September 11, 2022Download the Bulletin as a PDF
11 September 2022
24th Sunday in Ordinary Time
14th Sunday post Pentecost
End of the Siege of Malta (1565)
The Knights of St. John had been forced from their fortress in Rhodes in 1522, and for a while were homeless, until the Holy-Roman Emperor, Charles V gave them the Island of Malta. The Grand Master of the Order of St. John in 1565 was 71 year-old Jean Parisot de la Valette. He was raised with tales of the epic bravery of his ancestors who had served in five different crusades with distinction. A knight since the age of 20, he had been defeated and expelled from Rhodes years earlier, and had even been a galley slave to the Turks in 1541, rowing up to twenty hours a day, before escaping and swearing revenge.
The Ottoman leader at the time, Suleiman “the Magnificent”, was the most powerful man alive. His empire stretched from Vienna to Babylon, all the way to Aden, in the southernmost part of the Arabian Peninsula. His titles included “Vice-Regent of God on Earth” and “Lord of the Lords of East and West”. The Knights of St. John were crippling his empire’s operations from their new home in Mal-ta. Assembling a massive army of 40,000 troops aboard 200 ships, among them elite, scimitar wielding janissaries called “The Invincible Ones”, Suleiman was certain of victory facing an opposing force of 500 Knights and 5500 soldiers.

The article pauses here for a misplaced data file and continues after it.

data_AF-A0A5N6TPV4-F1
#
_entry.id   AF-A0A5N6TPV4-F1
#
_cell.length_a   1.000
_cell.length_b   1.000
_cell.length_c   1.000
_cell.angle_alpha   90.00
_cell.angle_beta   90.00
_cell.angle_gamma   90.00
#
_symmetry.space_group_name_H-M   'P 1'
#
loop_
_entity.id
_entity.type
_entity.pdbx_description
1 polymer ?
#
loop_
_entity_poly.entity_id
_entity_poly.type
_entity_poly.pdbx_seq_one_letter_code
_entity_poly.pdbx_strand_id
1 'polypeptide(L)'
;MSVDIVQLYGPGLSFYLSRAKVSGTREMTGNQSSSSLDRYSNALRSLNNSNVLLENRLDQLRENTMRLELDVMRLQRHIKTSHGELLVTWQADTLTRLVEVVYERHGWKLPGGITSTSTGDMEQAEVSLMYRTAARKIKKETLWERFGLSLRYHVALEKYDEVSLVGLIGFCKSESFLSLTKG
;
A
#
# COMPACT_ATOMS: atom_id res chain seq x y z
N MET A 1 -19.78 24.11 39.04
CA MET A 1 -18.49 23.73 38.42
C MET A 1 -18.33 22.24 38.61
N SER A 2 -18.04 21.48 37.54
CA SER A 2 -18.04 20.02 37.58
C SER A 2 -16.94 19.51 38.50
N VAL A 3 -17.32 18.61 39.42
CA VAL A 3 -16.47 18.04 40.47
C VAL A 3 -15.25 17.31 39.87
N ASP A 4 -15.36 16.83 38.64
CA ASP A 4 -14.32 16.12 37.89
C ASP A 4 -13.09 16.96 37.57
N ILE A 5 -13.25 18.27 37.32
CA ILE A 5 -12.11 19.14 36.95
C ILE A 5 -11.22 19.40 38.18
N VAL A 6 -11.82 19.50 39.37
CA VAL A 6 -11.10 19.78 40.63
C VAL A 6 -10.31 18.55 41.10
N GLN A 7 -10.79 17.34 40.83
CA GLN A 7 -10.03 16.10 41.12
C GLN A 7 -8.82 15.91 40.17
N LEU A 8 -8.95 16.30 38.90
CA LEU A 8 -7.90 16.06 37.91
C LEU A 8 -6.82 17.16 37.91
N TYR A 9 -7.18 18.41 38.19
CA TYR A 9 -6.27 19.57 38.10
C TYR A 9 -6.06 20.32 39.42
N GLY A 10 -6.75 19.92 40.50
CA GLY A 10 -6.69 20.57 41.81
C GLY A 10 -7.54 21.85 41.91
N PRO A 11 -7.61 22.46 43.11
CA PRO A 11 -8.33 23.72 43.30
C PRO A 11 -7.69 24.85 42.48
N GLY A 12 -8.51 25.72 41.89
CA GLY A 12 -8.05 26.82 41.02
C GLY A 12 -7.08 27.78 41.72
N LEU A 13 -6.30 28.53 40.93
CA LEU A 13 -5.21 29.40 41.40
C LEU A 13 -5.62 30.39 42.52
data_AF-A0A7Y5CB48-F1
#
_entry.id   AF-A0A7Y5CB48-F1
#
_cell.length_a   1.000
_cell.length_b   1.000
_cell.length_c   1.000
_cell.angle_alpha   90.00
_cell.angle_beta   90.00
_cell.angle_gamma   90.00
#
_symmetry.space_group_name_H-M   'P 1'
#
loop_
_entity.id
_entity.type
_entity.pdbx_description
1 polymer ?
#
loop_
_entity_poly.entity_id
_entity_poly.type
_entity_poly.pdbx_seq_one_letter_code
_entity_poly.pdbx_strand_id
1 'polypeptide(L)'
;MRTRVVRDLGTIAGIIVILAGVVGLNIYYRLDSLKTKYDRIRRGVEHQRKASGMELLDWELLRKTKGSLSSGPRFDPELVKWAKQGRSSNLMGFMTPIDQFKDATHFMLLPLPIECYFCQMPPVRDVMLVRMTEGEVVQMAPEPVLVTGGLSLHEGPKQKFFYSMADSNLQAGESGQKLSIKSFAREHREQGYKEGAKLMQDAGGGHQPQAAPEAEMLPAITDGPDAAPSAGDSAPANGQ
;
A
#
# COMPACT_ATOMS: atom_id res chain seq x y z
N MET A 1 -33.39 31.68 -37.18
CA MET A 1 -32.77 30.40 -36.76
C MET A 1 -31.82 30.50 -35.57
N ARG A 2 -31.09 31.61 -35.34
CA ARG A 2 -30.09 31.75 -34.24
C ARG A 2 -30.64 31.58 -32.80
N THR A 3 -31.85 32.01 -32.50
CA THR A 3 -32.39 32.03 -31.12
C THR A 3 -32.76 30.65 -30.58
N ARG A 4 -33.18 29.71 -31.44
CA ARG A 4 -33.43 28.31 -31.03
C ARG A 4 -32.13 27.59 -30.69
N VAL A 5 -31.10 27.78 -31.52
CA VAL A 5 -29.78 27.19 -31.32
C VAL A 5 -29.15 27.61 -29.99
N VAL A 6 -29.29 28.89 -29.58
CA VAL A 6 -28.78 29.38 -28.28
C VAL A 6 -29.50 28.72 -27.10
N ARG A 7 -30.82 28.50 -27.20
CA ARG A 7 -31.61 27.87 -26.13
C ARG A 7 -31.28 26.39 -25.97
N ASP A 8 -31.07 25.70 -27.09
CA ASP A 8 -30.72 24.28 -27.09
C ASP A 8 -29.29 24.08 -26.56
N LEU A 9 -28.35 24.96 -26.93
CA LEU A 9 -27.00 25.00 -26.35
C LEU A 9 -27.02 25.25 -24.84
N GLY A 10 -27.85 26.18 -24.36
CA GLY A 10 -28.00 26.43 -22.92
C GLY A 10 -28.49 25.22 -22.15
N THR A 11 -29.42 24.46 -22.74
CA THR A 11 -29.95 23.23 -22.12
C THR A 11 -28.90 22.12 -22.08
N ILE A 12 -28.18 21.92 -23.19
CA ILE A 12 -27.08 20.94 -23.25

The Turks landed on the 18 th of May. By June 23 they had captured Fort St. Elmo, one of three significant fortifications on the island. The remaining two, Fort St. Angelo and Fort St. Michael, were located across the harbor on the peninsulas of Birgu and Senglea respectively, which the Turks then surrounded with some 65 siege guns, subjecting the town to what was probably the most sustained bombardment in history up to that time. One witness claimed that 130,000 cannonballs were fired during the course of the prolonged attack. The invaders dug tunnels under the fortified walls. They employed siege towers. When many wanted to abandon Fort St. Michael, Grand Master la Valette remained firm. After all hope of salvation had faded from the defender’s hearts, a relief force of 10,000 men in 28 ships arrived on September 7. By the next day, the Turks began their evacuation, having lost three-quarters of their army.
These foes would meet again in 1571 at a battle we will commemorate on October 7.
Our Lady of the Rosary, pray for us!
Fr. Christopher J. Pollard